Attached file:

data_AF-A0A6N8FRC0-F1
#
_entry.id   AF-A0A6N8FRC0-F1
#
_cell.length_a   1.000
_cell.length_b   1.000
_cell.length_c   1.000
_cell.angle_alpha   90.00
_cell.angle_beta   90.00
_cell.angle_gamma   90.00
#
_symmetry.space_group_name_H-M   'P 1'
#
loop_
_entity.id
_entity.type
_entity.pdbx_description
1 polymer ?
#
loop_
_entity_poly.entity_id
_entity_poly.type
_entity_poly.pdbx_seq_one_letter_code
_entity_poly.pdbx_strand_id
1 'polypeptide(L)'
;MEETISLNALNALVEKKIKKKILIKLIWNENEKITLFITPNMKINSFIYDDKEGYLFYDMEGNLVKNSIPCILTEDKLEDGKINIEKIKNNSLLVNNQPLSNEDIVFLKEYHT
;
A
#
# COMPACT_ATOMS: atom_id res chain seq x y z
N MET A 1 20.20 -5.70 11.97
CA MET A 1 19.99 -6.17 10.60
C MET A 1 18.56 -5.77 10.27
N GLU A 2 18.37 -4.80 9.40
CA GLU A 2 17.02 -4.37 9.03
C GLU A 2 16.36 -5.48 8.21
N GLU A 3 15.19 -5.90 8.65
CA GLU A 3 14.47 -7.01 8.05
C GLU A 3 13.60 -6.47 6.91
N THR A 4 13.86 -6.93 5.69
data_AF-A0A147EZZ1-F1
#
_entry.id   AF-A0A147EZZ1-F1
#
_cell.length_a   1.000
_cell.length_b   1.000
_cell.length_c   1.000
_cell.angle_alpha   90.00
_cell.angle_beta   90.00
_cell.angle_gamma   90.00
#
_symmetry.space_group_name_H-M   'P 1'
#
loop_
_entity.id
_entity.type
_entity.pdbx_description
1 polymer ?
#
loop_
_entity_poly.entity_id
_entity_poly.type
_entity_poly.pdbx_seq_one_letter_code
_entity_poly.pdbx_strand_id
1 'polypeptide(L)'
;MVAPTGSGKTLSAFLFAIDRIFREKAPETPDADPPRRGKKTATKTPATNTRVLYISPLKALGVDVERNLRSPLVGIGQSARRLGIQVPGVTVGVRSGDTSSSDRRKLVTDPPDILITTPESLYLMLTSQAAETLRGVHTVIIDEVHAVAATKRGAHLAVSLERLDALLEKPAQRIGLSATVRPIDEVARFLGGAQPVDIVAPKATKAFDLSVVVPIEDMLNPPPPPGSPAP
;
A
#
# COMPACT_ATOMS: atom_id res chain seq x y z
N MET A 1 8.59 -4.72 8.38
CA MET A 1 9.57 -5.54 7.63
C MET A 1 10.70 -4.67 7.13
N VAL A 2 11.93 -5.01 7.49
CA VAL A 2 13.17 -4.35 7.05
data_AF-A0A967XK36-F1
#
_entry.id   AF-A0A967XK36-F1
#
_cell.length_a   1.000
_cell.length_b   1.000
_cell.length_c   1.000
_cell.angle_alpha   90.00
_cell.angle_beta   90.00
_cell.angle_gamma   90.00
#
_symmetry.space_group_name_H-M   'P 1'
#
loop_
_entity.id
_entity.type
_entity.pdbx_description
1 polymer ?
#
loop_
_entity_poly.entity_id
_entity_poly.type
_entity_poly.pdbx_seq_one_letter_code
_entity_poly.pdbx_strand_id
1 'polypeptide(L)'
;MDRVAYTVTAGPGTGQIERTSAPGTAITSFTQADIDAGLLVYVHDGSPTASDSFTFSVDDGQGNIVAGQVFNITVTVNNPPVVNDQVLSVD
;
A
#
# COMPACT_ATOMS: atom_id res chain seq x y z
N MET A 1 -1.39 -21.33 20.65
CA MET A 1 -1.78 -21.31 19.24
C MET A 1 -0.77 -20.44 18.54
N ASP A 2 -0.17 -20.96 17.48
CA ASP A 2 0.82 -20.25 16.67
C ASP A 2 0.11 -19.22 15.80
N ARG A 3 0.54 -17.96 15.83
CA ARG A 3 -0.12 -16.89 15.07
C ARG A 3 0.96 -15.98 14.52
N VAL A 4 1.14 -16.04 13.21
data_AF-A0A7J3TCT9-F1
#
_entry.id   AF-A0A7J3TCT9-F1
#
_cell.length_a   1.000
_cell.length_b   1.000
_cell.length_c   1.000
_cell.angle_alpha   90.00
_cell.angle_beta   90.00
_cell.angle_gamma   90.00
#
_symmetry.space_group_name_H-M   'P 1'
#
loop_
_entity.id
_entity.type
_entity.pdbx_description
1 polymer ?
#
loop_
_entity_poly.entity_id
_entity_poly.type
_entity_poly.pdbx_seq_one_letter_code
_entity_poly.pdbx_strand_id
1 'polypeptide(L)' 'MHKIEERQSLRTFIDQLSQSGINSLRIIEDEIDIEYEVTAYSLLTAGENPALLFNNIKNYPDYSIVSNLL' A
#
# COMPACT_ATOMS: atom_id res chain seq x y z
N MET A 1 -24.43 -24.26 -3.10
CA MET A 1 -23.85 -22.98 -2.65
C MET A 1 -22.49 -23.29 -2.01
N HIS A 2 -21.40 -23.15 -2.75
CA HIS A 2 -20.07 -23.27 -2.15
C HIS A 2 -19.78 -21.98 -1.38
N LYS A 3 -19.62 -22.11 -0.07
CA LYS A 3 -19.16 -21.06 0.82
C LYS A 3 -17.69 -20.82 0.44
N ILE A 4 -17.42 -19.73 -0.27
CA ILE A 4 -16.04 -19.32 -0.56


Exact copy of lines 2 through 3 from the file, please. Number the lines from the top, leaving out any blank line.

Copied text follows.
#
_entry.id   AF-A0A6N8FRC0-F1